As already mentioned, estimating time, budget, and other resources is the best way to avoid unexpected project creep.  

Here’s what we do to make resource estimation for our client’s software development project:

At Designveloper, after receiving and understanding the client’s requirements, we combine project management software (like Jira or Trello) with analogous estimating to anticipate resources needed for new projects. 

This approach uses a vast library of historical data from our similar past projects to estimate how resources should be distributed to these new projects. Then, we make a preliminary estimation report and send it to the client.

For Agile/SCRUM projects, we often use Planning Poker, a common estimation technique for timeboxing. During the planning meeting, all team members will participate in estimating what should be done and how much time should be spent on each task. 

Planning Poker

Each member will give story points which are measurement units to estimate the overall effort needed to complete a product backlog item. The whole team then agrees on an estimated number of items done in the sprint (usually lasting two weeks).

This makes it easy for us to understand timeline expectations and track our progress more effectively.

Build a Feature Library

Our feature library plays a crucial role in efficient estimation. Initially, gathering client requirements can be time-consuming, especially when dealing with nascent ideas. 

To bridge this gap, we’ve built a library by meticulously recording, organizing, and synthesizing data from past projects. 

Now, when a new client comes on board, we can quickly find similar features in the library to provide a more accurate initial estimate. This not only saves time for both parties but also allows us to capture more project opportunities.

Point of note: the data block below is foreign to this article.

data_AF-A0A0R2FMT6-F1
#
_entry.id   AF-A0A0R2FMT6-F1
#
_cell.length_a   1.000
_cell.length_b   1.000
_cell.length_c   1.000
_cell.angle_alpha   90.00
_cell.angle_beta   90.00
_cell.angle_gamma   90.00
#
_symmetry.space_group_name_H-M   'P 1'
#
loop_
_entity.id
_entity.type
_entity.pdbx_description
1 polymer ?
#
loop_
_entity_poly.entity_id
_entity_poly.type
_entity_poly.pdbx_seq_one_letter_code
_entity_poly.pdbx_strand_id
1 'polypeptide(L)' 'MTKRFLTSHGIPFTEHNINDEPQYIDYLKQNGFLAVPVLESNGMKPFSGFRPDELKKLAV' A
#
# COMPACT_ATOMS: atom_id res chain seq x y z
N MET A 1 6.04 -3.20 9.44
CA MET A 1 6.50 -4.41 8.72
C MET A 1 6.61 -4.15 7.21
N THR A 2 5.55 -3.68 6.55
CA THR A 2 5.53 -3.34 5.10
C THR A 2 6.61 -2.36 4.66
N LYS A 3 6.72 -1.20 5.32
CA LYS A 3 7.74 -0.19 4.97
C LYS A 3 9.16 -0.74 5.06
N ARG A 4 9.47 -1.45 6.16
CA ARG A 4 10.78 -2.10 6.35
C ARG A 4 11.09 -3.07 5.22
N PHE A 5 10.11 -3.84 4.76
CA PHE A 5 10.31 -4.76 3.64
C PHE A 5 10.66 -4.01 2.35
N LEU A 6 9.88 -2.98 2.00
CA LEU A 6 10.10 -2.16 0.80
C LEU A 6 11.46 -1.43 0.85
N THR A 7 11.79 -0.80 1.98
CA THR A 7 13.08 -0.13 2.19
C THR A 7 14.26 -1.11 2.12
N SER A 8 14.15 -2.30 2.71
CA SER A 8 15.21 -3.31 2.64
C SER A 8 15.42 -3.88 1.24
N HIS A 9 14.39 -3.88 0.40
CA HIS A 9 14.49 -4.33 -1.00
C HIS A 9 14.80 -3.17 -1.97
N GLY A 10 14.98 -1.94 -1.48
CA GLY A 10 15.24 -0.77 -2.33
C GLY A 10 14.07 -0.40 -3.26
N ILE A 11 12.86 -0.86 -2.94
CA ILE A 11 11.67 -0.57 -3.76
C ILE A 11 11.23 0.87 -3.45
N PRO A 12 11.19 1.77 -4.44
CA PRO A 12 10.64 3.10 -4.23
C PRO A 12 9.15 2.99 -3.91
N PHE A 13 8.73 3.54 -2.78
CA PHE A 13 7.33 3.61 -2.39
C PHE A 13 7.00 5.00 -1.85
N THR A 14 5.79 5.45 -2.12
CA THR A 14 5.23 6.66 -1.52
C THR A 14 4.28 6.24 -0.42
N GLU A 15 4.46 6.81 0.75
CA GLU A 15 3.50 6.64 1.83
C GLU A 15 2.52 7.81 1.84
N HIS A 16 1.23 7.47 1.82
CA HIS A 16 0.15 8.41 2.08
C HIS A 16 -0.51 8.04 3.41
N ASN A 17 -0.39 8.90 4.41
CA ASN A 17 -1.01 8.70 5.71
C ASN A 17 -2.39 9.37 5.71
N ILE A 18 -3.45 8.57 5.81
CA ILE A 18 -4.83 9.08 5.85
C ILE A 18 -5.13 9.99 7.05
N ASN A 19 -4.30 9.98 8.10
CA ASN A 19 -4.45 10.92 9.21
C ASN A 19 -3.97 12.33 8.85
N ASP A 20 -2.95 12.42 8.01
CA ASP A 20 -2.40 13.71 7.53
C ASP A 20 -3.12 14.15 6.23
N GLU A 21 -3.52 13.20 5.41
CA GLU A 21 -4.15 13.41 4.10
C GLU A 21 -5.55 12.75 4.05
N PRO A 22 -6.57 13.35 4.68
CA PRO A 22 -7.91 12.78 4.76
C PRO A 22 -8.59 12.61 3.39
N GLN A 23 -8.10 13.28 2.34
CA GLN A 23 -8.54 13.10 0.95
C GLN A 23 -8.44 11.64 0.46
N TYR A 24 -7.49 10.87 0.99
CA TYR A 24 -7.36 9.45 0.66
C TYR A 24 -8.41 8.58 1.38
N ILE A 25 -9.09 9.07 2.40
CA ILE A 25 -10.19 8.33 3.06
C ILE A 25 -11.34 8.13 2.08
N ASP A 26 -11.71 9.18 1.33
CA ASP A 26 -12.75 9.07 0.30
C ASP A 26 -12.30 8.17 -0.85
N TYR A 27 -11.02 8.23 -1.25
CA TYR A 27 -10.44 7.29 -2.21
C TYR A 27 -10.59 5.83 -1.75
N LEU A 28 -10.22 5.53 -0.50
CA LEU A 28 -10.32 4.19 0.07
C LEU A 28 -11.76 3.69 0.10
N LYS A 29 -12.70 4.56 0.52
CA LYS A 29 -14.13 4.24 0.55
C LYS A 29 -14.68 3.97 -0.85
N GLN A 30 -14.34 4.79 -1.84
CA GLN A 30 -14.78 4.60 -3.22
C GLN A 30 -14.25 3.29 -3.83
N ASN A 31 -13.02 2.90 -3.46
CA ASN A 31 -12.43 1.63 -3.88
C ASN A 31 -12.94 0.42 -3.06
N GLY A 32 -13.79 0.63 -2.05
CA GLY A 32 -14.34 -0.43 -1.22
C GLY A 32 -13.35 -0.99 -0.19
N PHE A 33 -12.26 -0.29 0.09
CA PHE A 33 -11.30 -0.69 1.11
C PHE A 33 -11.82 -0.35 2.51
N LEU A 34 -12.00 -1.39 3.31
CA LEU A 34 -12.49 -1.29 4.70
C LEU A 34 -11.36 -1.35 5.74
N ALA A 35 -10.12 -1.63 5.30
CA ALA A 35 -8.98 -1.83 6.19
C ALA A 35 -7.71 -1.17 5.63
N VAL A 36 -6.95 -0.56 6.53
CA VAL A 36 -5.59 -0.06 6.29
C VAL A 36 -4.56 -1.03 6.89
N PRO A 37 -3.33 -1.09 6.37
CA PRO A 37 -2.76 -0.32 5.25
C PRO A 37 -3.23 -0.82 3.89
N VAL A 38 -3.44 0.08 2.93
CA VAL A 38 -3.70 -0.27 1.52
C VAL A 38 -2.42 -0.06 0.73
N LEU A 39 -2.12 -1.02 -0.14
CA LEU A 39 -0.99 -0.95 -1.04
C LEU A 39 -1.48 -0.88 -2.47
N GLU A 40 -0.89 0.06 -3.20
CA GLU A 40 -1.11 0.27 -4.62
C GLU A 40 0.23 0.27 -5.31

Choose the Right Tool

Choosing the right tool is one of the reasons leading to project success. Along with the growing business demands, the market size for this PM software is projected to increase at a CAGR of 15.7% between 2023 and 2030. But among numerous available options, which one is the most suitable for you? 

At Designveloper, we consider Trello and Jira for different purposes: 


We often use Trello for internal projects or non-technical teams (e.g., HR, Admin). 

Its intuitive board system allows us to track work progress with clear stages like “To Do,” “Doing,” and “Done” represented by columns (lists) on the board. 

Besides, Trello enables us to assign tasks to the right team members, add checklists, and notify due dates with reminders to ensure everyone stays on track.


For more complex projects, especially those following Agile methodologies like SCRUM or Kanban, we turn to Jira. 

This powerful tool supports both Agile frameworks and offers key features for effective Agile project management:

  • Customizable Workflows: We can define specific workflows for each task, ensuring tasks will be performed according to the team’s established process.
  • Detailed Reporting: Jira provides a robust reporting suite with insightful metrics like Burndown charts, Velocity charts, and Cumulative Flow Diagrams. These reports track our work progress, deployment frequency, and team velocity. This allows us to measure task progress, identify areas for improvement, allocate resources reasonably, and make informed decisions.
  • Future Planning: Roadmaps within Jira allow us to plan and visualize future product development.
Jira roadmaps

5 Factors to Choose the Right Tool

Each company has different requirements to pick up suitable tools for their projects. But we suggest you consider the five following elements when making a tool choice: